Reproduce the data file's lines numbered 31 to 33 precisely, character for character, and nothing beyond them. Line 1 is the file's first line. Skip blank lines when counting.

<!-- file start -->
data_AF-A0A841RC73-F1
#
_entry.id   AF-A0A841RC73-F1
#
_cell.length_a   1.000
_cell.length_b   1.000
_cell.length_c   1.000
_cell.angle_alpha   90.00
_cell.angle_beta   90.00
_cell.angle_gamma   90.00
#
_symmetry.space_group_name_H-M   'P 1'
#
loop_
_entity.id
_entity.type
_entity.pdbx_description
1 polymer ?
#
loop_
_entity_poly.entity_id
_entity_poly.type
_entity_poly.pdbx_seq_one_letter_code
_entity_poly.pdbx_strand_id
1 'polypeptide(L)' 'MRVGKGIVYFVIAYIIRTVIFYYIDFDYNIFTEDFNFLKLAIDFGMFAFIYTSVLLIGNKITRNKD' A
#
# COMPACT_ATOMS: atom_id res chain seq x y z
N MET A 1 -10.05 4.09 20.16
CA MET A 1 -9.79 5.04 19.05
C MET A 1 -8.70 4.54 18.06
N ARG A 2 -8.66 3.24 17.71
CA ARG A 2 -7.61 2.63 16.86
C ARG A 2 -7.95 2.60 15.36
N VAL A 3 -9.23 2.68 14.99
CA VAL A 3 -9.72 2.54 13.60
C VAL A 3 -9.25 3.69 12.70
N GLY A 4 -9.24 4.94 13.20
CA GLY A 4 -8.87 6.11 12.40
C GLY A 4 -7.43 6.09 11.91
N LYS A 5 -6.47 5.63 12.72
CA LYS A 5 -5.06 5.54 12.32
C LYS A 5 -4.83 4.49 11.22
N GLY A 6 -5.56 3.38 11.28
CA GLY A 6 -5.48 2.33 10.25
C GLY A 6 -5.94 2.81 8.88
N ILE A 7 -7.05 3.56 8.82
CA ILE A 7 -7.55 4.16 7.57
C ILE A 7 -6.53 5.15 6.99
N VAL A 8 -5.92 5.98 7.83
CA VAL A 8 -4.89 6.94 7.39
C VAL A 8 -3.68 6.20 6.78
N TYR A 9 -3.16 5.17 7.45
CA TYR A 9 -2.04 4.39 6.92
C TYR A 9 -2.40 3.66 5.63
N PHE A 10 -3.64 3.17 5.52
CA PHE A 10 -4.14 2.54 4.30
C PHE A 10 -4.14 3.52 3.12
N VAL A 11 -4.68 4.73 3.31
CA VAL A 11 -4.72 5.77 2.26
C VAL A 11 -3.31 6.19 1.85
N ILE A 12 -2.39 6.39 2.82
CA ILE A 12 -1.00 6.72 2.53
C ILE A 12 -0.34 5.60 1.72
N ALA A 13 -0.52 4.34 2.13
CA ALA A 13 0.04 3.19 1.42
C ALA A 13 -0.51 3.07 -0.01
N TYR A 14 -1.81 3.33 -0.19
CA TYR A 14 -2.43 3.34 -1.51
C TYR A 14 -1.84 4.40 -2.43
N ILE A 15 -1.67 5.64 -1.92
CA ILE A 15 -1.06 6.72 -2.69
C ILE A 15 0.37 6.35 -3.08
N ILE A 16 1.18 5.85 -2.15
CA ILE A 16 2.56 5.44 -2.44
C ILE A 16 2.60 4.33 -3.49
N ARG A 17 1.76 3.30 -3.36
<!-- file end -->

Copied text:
N ARG A 2 -8.66 3.24 17.71
CA ARG A 2 -7.61 2.63 16.86
C ARG A 2 -7.95 2.60 15.36